'Green nomad' fights for the Bight

A lady dubbed the "green nomad" is on the final leg of her Australia-wide trip to raise awareness about Equinor's proposal to drill for oil in the Great Australian Bight.

Kay Moncrieff said she felt "shattered" after the 2019 national election result and wondered what she could do for the next three years.

She said it prompted her to leave her sports car at home, hop in a van and take every day as it came.

"People in the north, east and west (of Australia) were ignorant about (drilling in the Bight) and few people knew about it," she said.

"It's a huge wake-up call when I tell people this area here is likely to be devastated.

"People hug me in the street, wave to me in the van, but it's not about me, I'm doing it for the children...all it takes is a bit of courage."

She has travelled across the country, including recently through Eyre Peninsula which included stops at Ceduna, Streaky Bay, Coffin Bay and Port Lincoln.

Ms Moncrieff said she never intended to become an activist but on her travels had collected stickers and posters displayed in her van.

"I never intended to get into a van and look like a hippie," she joked.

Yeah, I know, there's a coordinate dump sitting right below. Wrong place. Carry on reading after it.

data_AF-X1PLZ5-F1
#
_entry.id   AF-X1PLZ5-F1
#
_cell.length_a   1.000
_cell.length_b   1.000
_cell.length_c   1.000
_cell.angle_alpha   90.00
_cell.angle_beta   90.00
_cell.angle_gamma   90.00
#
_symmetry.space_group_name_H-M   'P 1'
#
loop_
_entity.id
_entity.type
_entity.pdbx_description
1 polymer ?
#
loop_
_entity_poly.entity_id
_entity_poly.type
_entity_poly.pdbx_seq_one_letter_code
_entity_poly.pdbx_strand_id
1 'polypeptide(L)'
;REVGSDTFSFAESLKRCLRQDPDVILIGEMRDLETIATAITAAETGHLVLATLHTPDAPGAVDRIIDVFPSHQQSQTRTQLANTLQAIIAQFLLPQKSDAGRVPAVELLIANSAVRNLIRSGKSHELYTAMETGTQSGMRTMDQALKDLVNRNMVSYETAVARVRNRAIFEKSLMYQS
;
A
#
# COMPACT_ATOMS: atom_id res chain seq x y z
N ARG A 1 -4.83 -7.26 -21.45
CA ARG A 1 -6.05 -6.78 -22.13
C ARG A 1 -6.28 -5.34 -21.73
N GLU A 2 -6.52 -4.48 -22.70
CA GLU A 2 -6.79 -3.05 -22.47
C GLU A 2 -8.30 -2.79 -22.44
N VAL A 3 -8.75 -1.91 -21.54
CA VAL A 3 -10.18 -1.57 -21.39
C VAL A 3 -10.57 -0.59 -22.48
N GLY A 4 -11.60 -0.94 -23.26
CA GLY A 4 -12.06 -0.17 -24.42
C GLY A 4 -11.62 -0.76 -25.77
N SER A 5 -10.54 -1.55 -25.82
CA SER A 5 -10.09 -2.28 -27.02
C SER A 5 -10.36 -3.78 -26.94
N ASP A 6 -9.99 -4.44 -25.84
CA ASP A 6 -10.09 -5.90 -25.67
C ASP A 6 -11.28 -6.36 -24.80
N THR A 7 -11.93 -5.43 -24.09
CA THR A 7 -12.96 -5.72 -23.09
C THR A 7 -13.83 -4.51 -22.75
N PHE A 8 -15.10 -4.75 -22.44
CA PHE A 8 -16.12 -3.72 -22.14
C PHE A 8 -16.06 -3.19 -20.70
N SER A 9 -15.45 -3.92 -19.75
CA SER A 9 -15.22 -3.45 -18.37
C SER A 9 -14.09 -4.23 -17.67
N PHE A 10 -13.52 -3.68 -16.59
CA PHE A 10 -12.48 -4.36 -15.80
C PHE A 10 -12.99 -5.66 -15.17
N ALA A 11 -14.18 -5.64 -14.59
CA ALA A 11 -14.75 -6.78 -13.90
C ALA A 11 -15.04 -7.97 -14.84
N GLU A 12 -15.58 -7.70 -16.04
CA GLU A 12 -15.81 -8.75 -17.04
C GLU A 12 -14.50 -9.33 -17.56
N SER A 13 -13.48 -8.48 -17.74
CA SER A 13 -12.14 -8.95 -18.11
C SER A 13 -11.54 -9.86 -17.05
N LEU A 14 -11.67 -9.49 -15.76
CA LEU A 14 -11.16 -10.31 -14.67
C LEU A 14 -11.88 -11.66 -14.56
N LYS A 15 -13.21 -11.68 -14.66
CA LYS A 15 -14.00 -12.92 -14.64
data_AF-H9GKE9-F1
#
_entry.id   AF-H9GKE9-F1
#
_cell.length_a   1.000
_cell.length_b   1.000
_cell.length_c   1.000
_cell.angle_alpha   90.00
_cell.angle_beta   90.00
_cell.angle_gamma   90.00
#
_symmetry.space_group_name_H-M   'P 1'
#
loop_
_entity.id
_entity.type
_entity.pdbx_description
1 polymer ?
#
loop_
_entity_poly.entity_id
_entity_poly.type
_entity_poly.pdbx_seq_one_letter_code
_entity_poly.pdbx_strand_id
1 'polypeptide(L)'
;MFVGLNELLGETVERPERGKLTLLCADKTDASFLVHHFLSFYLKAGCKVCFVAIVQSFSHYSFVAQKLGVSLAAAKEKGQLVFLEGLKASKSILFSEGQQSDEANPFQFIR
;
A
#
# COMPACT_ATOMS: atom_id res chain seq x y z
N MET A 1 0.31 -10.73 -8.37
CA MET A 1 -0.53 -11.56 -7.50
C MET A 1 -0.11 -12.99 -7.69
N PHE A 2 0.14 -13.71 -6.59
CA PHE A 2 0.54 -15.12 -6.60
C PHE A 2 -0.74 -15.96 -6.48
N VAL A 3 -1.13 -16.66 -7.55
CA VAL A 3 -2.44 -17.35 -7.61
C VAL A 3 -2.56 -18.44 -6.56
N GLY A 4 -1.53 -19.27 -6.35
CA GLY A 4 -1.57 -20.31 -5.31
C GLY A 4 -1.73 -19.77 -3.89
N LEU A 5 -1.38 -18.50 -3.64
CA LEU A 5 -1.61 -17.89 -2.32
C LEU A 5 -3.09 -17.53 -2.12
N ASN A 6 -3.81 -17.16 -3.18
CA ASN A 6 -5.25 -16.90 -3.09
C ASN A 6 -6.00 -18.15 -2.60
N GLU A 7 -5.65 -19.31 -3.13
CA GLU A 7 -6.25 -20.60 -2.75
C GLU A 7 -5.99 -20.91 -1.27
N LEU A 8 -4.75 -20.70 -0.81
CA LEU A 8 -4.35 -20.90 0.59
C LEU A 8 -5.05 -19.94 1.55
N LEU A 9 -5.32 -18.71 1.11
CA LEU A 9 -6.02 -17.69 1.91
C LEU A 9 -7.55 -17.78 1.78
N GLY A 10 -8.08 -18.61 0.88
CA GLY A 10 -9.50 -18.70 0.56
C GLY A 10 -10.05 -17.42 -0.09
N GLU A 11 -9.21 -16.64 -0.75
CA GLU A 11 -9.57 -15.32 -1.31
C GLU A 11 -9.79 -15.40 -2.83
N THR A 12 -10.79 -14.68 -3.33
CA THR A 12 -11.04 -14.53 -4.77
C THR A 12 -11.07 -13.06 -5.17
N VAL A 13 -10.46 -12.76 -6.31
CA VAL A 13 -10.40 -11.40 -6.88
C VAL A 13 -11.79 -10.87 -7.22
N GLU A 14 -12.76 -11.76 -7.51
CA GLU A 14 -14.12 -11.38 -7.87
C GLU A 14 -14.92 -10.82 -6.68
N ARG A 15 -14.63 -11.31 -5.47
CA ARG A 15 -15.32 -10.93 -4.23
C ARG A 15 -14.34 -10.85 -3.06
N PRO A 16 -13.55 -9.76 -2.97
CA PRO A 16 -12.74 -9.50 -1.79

"It's about making people aware and to stand up because if we don't we could get devastated - we'll be seen as a polluted country.

"I'm doing it for the children of this nation, the next generation."

She said Equinor's proposal could have a dire effect on local tourism and the whales and marine life.

"The government doesn't consider us, doesn't consider the community or climate and I don't know why," she said.

"There's not enough people standing up and speaking out, especially in small country towns."

She said she would advocate for the Great Australian Bight to be world heritage listed by the UN and asked people to sign the petition at bight2020.com.

Ms Moncrieff said she had spoken to councils on her travels and believed they should be representing the best interest of their townships.

She said a lot of people in Ceduna and Streaky Bay had been "guarded in putting forth concerns", while only one person in Port Lincoln told her they were for drilling in the Bight for the employment opportunities.

She said on her return to Adelaide she was considering a march on parliament as the November 14 date for the NOPSEMA decision approaches.